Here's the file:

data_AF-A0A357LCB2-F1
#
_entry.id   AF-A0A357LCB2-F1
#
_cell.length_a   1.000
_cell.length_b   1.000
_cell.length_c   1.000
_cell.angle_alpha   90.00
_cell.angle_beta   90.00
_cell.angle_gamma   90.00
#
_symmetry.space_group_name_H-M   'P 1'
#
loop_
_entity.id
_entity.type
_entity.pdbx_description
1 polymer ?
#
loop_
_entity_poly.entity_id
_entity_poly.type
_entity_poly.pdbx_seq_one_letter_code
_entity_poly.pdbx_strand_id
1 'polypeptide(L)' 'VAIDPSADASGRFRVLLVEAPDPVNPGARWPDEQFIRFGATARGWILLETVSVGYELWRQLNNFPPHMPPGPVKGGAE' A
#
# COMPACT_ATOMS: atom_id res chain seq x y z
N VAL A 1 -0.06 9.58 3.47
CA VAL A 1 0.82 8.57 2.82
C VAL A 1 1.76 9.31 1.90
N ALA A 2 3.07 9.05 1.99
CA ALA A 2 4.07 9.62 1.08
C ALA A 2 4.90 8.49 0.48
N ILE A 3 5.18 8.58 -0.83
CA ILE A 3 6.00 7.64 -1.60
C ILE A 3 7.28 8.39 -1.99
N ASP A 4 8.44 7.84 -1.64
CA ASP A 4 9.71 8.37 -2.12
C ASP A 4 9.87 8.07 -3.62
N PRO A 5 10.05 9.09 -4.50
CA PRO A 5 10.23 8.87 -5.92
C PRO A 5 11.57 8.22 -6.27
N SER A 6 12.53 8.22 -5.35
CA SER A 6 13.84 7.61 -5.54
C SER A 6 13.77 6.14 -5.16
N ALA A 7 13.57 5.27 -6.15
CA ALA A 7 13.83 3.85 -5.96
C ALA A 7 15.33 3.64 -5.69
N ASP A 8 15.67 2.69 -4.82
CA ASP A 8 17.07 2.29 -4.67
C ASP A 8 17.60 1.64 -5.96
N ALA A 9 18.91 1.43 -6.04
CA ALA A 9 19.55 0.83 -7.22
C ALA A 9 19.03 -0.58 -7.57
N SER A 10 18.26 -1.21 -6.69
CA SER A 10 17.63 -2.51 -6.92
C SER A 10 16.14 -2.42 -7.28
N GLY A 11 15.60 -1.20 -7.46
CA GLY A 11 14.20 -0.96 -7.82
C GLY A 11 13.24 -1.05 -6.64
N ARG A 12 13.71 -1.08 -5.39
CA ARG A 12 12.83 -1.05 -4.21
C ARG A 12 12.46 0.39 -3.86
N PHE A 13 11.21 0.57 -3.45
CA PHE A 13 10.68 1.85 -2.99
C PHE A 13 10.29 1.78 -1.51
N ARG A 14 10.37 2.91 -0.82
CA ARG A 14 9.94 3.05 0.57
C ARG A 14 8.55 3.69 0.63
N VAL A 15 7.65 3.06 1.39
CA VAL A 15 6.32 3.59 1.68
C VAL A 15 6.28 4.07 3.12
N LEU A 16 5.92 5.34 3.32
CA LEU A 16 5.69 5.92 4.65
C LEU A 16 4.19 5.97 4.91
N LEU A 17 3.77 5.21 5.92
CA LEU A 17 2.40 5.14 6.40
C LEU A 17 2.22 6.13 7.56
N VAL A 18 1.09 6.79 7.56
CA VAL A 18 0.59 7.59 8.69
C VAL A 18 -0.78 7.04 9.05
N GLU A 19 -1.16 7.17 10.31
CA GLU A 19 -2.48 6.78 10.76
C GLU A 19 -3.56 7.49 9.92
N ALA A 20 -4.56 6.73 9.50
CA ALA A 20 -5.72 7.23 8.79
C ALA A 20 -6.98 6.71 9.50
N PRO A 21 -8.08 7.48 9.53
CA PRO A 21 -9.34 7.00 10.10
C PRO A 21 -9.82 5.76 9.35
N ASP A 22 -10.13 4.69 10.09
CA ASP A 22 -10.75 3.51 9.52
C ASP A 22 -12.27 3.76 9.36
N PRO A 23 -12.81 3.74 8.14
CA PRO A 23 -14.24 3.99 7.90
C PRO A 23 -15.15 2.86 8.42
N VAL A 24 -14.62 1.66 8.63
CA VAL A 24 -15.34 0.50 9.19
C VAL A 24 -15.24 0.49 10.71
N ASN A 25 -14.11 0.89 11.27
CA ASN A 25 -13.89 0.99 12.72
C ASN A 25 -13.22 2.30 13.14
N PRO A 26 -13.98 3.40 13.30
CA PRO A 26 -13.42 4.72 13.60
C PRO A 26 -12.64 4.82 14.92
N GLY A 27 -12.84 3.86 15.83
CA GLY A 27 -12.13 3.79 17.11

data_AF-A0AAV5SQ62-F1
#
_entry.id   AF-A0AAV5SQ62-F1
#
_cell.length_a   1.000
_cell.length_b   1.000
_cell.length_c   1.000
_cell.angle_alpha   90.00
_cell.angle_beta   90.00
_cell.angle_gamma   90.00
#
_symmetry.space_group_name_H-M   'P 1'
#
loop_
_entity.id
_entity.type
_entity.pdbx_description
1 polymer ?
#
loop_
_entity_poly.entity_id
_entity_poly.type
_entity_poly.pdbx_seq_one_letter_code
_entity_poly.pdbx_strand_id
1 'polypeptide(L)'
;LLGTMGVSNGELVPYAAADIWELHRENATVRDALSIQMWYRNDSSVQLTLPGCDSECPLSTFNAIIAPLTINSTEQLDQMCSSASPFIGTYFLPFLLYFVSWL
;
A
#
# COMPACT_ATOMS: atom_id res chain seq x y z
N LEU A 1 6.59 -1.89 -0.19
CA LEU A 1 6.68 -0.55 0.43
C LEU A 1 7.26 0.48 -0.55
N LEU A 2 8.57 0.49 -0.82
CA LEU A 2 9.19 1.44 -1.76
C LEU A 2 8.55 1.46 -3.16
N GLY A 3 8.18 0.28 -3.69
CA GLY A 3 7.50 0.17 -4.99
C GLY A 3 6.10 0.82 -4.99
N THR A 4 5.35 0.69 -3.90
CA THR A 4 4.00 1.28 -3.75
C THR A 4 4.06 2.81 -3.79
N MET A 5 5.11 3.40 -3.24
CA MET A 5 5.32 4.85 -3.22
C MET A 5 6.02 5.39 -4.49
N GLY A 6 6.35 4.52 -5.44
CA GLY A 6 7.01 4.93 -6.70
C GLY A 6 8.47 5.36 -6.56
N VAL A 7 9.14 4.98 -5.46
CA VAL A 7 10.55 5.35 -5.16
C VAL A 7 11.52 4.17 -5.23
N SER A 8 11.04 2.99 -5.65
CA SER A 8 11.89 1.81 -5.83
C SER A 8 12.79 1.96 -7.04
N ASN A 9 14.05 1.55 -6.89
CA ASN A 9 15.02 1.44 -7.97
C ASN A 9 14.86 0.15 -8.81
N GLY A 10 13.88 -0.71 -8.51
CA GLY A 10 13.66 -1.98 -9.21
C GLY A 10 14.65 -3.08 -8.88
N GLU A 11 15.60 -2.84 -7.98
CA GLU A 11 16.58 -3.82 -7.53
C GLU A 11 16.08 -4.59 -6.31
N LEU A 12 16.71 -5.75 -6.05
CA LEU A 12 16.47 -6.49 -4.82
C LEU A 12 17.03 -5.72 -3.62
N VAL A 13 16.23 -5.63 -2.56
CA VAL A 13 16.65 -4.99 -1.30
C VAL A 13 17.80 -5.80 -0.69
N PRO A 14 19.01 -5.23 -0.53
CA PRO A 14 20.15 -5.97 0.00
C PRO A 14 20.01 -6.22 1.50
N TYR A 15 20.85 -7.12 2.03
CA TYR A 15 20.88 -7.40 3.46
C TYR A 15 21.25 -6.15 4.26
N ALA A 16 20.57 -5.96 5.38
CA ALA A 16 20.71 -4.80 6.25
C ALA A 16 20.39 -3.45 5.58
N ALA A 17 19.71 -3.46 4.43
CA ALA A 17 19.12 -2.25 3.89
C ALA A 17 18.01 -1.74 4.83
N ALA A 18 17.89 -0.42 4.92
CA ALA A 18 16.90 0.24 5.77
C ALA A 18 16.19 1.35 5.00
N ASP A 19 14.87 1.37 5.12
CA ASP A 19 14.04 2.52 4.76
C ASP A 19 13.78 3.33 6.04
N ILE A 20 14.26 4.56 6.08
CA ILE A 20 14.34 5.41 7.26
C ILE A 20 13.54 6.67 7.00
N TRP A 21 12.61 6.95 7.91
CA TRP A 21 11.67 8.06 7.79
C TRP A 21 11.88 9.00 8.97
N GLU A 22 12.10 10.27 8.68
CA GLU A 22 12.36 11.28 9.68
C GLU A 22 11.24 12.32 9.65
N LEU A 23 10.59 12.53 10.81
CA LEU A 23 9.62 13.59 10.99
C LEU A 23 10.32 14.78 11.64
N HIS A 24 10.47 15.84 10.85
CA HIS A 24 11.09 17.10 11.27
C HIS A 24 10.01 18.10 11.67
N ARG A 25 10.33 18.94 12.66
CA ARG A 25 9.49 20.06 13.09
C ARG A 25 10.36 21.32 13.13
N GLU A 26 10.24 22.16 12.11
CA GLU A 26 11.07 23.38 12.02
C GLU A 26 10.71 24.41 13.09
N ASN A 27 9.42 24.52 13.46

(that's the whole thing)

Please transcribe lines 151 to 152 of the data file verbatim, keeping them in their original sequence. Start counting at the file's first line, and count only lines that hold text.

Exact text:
CA MET A 5 5.32 4.85 -3.22
C MET A 5 6.02 5.39 -4.49